A Brief Checklist for Newbie Voice Actors

If you record your voice beyond the special studio, please keep in mind these simple rules to get your recording as qualitative as possible in your conditions (especially if you are going to publish your stuff on such major platforms as Audible, iTunes and so on).

IMPORTANT — places I marked with this word I consider as really important to be aware of… but it doesn’t mean that others aren’t important! Here we go.

#001 — If possible, choose the room full of furniture (sofas, armchairs, shelves, etc). It would be great to cover the windows with thick curtain. If you have a special vocal booth (something like this or this DIY or purchased), that is perfect! By the way, if you were going to purchase one of those fancy curved shields, don’t miss this brilliant demonstration.

#002 IMPORTANT please use that same environment for all the parts of one audiobook. Meaning, it isn’t a big problem if you were using different rooms for different stories/books… the problem is if you are using different rooms with different acoustics in one project. That could be pretty hard to match.

#003 — Shut the doors and windows, so you were protected from outdoor noise. Also please switch off all the noisy appliances (fridges, air conditioners, other computers and such). During the recording session please remember of other noises produced by you (clothes and pages rustle, chair squeaks and so forth). All these things are going to be considered as a defect (by ACX QA team, for example). From the perspective of post-production stage (editing, cleaning, mastering) they are totally okay if they sound in between sentences. In such a case they might be removed easily. But, if they sound along with your voice, sometimes it’s pretty tough challenge to remove them without residual artifacts (and eventually, it’s all about the time and money). So, please, keep your recording free of extra noises.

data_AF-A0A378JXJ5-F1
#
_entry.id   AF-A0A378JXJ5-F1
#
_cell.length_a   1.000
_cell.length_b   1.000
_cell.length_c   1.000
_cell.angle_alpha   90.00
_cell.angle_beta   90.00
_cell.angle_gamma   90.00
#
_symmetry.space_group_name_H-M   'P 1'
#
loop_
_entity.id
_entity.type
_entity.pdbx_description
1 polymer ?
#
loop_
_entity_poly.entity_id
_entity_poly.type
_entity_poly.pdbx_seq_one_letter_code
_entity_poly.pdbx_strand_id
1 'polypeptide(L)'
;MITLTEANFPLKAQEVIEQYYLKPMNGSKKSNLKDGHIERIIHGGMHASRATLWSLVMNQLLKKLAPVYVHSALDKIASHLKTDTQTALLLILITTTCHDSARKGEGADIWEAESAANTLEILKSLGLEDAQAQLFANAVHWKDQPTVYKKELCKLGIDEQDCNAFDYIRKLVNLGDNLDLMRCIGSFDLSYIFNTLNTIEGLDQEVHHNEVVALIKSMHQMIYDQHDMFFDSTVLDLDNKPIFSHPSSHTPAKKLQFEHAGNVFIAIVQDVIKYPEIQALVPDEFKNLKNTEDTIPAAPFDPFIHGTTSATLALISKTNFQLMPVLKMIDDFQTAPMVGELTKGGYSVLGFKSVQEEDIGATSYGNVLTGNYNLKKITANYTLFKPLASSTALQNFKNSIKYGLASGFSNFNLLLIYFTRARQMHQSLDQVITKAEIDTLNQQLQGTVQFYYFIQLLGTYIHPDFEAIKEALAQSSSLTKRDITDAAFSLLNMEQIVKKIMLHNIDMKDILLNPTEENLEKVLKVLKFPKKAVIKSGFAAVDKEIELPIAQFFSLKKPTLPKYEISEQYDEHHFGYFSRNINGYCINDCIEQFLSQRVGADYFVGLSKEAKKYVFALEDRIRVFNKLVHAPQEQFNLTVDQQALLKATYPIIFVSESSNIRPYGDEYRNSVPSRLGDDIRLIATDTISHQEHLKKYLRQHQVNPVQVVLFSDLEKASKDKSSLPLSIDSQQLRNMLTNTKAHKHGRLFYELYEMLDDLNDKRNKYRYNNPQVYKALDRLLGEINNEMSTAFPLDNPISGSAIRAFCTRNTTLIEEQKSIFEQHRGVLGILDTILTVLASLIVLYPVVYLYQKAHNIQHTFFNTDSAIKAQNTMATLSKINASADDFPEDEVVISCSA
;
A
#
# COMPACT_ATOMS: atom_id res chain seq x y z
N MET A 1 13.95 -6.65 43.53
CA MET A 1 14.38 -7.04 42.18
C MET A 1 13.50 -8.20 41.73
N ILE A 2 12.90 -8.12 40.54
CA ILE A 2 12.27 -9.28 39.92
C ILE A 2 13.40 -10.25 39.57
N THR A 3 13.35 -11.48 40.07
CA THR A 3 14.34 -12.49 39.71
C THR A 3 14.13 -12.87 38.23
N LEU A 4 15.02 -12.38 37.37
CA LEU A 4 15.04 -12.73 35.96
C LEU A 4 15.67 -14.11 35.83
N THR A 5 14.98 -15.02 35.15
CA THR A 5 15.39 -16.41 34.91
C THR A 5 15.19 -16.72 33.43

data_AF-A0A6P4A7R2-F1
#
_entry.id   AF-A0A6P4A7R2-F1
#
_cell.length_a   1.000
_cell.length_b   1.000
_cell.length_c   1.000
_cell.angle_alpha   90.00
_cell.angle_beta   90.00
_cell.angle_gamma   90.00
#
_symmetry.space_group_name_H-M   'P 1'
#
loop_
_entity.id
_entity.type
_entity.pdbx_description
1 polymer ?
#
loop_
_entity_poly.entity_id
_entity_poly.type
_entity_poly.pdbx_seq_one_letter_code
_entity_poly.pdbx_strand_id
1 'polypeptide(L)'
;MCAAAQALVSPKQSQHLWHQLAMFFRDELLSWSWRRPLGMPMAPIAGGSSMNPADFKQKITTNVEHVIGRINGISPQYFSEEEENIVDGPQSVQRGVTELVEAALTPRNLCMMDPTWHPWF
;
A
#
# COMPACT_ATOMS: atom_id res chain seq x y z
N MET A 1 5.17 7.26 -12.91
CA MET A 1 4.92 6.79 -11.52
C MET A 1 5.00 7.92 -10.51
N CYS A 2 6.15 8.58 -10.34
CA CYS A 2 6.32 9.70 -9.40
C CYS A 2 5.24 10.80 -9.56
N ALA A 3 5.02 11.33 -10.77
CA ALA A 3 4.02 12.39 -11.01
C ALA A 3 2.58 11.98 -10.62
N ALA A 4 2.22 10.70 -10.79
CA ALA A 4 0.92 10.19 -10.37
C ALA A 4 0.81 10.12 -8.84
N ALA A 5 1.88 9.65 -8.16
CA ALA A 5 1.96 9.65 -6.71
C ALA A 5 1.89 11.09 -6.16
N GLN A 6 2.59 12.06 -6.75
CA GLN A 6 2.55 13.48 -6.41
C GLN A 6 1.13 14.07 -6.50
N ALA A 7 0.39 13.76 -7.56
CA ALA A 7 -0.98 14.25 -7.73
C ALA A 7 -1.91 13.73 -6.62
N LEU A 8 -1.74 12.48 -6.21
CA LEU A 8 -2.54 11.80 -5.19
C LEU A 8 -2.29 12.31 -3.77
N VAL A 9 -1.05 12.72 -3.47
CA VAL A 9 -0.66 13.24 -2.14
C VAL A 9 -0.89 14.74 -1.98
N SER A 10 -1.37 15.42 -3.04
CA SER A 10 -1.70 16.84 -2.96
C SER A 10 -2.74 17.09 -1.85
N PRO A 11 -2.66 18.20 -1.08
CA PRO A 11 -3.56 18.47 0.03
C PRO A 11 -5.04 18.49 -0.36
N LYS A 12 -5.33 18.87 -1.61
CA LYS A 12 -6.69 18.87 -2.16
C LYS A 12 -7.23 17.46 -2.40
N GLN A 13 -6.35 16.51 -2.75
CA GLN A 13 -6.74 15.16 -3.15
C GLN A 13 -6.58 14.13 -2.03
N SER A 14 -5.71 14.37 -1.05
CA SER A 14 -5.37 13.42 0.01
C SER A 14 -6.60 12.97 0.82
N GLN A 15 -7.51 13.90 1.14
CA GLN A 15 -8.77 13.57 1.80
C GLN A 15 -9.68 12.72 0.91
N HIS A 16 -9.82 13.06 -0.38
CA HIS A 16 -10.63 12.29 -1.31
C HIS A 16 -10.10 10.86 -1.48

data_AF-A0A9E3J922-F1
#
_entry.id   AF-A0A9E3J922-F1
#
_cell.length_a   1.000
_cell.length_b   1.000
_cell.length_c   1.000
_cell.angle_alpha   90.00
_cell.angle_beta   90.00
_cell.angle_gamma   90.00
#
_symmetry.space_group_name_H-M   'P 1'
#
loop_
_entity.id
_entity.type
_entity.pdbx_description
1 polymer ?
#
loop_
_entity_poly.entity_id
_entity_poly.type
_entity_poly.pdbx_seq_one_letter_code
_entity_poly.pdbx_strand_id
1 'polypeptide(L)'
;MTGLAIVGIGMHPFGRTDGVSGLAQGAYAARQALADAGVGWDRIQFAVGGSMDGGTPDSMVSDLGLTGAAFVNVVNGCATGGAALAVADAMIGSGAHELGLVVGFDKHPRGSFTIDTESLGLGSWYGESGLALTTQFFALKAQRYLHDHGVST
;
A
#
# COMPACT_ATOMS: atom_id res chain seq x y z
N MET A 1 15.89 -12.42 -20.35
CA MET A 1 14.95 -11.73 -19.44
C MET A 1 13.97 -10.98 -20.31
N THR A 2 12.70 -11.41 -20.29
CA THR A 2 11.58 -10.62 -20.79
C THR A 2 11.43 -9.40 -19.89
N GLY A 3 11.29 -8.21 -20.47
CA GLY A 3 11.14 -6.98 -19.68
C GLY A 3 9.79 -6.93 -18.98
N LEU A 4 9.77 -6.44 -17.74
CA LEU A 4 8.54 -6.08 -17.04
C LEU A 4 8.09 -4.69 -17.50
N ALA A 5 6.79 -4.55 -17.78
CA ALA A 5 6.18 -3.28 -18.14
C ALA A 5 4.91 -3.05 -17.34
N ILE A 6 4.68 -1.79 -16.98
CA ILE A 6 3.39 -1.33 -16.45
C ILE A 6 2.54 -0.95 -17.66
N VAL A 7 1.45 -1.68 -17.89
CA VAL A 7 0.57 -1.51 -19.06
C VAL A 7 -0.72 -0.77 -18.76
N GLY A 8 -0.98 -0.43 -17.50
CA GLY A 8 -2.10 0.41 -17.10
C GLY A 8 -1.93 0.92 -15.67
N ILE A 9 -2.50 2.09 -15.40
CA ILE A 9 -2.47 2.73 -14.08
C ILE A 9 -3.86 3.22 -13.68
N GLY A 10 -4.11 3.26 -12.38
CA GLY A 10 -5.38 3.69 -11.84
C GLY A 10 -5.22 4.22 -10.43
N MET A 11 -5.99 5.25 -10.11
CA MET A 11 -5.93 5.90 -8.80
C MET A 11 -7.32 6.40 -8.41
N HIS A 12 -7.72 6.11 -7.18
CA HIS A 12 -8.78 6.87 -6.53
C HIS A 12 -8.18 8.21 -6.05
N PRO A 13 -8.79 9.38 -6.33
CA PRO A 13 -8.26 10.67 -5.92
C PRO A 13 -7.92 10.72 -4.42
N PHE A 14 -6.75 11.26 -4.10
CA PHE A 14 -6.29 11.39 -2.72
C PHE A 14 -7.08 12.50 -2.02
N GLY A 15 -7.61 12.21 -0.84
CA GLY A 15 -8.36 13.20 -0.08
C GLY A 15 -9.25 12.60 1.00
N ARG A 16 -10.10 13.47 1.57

#004 — Keep your microphone (whatever you use — standalone mic or integrated with your smartphone) at about 5…10 inches from your mouth. The reason behind it is that it’s necessary to record as dry (free from reflections) signal as possible in these conditions. In other words, the mic shouldn’t be too far from you. Just 5…10 inches. If you tend to be too close to the microphone, please consider using the pop-screen.

#005IMPORTANT again… for the sake of consistency, please keep the equal distance between your mouth and the microphone. Fluctuations caused by active head movements might be hard to fix.

#006 — It’s obvious, but nevertheless — make sure that your mic is not covered by anything.

#007 — Also please be aware of the quality of your microphone! For example, some models of microphones integrated with headsets for gaming sound awful. The thing is that they have pretty narrow frequency response and it’s not something you are going to offer to your listeners.

#008 — Check your software settings (just in case).

#009IMPORTANT during the recording session please don’t forget to give your engineer clear sonic cues where s/he has to do cuts. It speeds up the process and literally saves your money!

#010 — Export your files as Mono/16 bit/44,1 kHz WAV or AIFF (when it comes to MP3, choose higher bitrates — 256…320 kbs).

#011IMPORTANT if you are a rookie, do not hurry… do not record the entire project at once! Accomplish first 10…15 minutes as a test sample and send to your audiobook editor or mastering engineer for assessment. Get his/her confirmation that everything is fine.

I hope this helps. And by the way, perhaps, you’d like to get some brief estimation (how much does it cost to get your audiobook mastered to ACX standards). Here’s the calculator.

What else..? In order to save some money at latest stages, please use a Corrections Template (or any kind of similar doc) and you both — you and your audiobook editor or mastering engineer — will be pleased with a smooth workflow.

I wish you all the best and please… only work with those you wanna hug ツ

— Stan